Intellectual Protectionism amelioration committee


is a nonpartisan group dedicated to preserving individual freedom through balanced intellectual property policy.

I signed their statement of principles and strongly encourage you to do the same.

However, the following mantra, excerpted from principle #1, grates:

Creators of ideas and inventions have the right to be compensated for their work

IPJustice has a nearly identical principle, #2 on their list:

Creators deserve to be compensated.

This “principle” feels to me like a nutty mix of buying into protectionist propaganda and labor theory of value* sentiments. It would be perhaps be better to say that creators should have the right to restrict access to their creations. Given a monopoly in their work, creators or their assignees may be able to extract more payment from potenential users than they could without monopoly privileges, but they certainly don’t have a right to be compensated merely for creating. If that were the case we’d have huge[r] inefficiencies from overproduction of intangible goods.

Back to IPac, they seem to be taking the sensible strategy of backing three candidates from each of the two U.S. establishment parties. I suspect Brad Carson is the only candidate in any sort of race (the other five should all easily win). I looked at Carson’s congressional web page and wondered why IPac is supporting four Republicans and two Democrats. Turns out Carson is actually a Democrat — from Oklahoma, where apparently Democrats are anti-gay marriage and pro-gun (top two stories on aforementioned site). An explanation.

* I can’t find a single excellent page on the LTV. Most are either hopelessly mired in Marx-derived argumentation, which as far as I can tell removes the most trenchant LTV criticisms by rendering the LTV meaningless (tautological) as an economic concept, trailing off into Marxian “class” analysis (the current Wikipedia page, linked above, tends toward this — I’ll shirk my responsibility to fix it for now) or are flippant dismissals of LTV that usually ignore the Marxian evasions (maybe justified) , criticizing Ricardo’s earlier LTV and often misattributing it to Marx (a page tending in that direction).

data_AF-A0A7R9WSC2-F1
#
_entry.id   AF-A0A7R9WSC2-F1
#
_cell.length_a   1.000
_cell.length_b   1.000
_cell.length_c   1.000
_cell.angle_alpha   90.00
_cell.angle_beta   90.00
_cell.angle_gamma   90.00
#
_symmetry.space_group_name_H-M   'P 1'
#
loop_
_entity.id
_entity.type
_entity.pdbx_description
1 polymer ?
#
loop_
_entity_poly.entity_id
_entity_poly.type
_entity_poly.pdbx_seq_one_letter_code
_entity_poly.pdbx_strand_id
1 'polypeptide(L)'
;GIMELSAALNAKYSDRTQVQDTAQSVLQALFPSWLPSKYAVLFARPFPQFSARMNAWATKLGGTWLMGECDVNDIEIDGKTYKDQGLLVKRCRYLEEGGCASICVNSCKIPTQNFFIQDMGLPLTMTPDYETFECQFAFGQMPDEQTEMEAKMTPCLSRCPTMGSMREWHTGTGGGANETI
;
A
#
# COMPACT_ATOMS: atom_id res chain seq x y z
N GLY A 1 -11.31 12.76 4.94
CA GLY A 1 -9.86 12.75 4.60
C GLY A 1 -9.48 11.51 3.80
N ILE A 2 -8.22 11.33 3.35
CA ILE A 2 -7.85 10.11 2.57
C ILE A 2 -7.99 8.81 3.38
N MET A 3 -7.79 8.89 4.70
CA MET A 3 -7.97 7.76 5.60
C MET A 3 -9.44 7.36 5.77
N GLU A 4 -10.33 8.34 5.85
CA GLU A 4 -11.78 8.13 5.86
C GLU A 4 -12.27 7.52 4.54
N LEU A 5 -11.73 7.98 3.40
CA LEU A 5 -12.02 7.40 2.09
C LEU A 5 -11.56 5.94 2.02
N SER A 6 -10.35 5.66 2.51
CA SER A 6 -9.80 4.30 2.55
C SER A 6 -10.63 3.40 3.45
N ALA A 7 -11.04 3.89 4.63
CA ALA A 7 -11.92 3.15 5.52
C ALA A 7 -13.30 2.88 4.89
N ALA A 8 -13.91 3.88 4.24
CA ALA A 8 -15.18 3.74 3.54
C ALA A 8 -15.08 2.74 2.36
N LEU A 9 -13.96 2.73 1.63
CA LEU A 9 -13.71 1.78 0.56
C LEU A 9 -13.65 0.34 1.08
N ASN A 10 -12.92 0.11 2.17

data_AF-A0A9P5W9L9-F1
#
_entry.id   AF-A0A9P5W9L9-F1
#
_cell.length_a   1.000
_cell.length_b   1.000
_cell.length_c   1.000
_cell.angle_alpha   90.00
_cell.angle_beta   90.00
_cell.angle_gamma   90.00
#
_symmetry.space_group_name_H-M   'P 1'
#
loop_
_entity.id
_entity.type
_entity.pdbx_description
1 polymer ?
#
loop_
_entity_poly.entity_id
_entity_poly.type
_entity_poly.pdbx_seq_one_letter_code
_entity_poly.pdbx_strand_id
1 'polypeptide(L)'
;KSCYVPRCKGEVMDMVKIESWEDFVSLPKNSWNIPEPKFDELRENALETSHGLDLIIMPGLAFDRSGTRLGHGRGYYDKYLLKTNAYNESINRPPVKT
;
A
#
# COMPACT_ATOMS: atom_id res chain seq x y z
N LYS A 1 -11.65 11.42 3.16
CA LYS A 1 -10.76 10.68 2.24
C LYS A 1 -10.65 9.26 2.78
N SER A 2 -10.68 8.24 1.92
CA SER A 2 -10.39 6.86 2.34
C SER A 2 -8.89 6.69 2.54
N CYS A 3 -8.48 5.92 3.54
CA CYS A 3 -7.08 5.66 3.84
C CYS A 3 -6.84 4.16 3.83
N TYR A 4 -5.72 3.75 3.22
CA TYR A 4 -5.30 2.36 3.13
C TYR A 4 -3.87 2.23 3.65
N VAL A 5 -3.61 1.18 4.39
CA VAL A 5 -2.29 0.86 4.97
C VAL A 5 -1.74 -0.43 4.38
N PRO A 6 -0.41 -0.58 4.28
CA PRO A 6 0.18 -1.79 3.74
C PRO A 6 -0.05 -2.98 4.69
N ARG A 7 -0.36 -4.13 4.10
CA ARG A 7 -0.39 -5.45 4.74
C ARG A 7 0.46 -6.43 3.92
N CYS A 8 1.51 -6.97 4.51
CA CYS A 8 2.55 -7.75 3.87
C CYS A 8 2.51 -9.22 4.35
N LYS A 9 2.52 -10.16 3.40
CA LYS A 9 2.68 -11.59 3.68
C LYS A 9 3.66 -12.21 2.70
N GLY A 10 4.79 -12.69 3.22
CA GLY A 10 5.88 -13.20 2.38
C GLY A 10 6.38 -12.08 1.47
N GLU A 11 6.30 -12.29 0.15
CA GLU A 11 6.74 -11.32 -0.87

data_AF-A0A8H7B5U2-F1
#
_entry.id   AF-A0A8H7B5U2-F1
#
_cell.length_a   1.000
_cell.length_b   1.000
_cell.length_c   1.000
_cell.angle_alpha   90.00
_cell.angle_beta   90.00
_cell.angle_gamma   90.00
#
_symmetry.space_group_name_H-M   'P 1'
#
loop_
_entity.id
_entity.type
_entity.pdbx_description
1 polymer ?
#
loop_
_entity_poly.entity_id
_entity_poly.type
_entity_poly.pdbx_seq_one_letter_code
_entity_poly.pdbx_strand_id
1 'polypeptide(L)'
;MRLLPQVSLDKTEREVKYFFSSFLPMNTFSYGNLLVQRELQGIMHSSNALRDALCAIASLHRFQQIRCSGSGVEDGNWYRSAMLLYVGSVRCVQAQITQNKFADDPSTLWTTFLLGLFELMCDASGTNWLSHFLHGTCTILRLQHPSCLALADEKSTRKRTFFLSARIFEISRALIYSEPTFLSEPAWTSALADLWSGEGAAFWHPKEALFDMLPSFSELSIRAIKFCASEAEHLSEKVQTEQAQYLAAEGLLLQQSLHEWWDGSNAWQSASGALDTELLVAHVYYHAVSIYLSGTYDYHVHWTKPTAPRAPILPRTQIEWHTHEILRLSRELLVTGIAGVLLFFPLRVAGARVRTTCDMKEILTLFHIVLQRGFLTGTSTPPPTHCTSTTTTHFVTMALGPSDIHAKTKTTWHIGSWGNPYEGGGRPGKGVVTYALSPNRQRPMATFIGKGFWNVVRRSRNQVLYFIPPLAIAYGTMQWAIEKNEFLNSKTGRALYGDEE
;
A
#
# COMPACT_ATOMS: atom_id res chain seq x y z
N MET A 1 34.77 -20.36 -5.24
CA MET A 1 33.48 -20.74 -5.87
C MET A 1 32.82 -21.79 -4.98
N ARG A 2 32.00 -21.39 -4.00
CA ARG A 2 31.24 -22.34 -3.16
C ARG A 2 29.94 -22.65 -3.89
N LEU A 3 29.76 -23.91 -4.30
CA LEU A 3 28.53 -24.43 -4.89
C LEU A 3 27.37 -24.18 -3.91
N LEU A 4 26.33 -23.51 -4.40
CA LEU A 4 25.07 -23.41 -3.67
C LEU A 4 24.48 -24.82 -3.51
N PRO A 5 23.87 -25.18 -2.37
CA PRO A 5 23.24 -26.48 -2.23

4 Responses

  1. This post hits home in that I’m from Oklahoma and am able to witness Carson’s Senate race first-hand. Your analysis is right-on with the “The Margarita Model For Two-Party Systems” link. The problem you have is that Oklahoma is an extremely conservative state, even those who claim they are Democrats are usually more conservative than they are liberal (there are some exceptions in the SouthEastern part of the state, but for the most part its true)….so, if a Democrat wants to even think about getting elected, it usually means that he or she has to have some of the Democratic party’s principles compromised in order to even have a chance. The values of the Democratic party’s national platform simply won’t win votes here…so it has to be diluted. Sad, but true. That’s why Democratic Presidential candidates hardly ever see Oklahoma as a “winnable” state….but we have a Democratic Governor and congress men and women who have been elected. There is a schism that takes place between national and local politics. In regards to iPac, while I support the priciples the organization stands for, I doubt their endorsement for Carson truely means much for the state of Oklahoma in the end simply because of the way politics work here. Good though-provoking commentary.

  2. Russ Nelson says:

    Yes, the Wikipedia LTV page is very tedious. It should start off with “Any theory of value that doesn’t take time into account is nonsense.” and head off from there.

    I didn’t know that Ricardo initially created the LTV. I thought he was smarter than that. Oh well, everyone has their weaknesses. Since Marx also pushed the LTV, I don’t see a strong reason to modify my LTV page.

  3. […] Intellectual Protectionism amelioration committee criticizes a literal rather than intended reading of a statement. The essence of boring argumentation. […]

  4. […] is an old theme: examples from 2004, 2005, 2006, 2007, 2008, 2011, and 2012. 2009 and 2010 are absent, but the reason for my light […]

Leave a Reply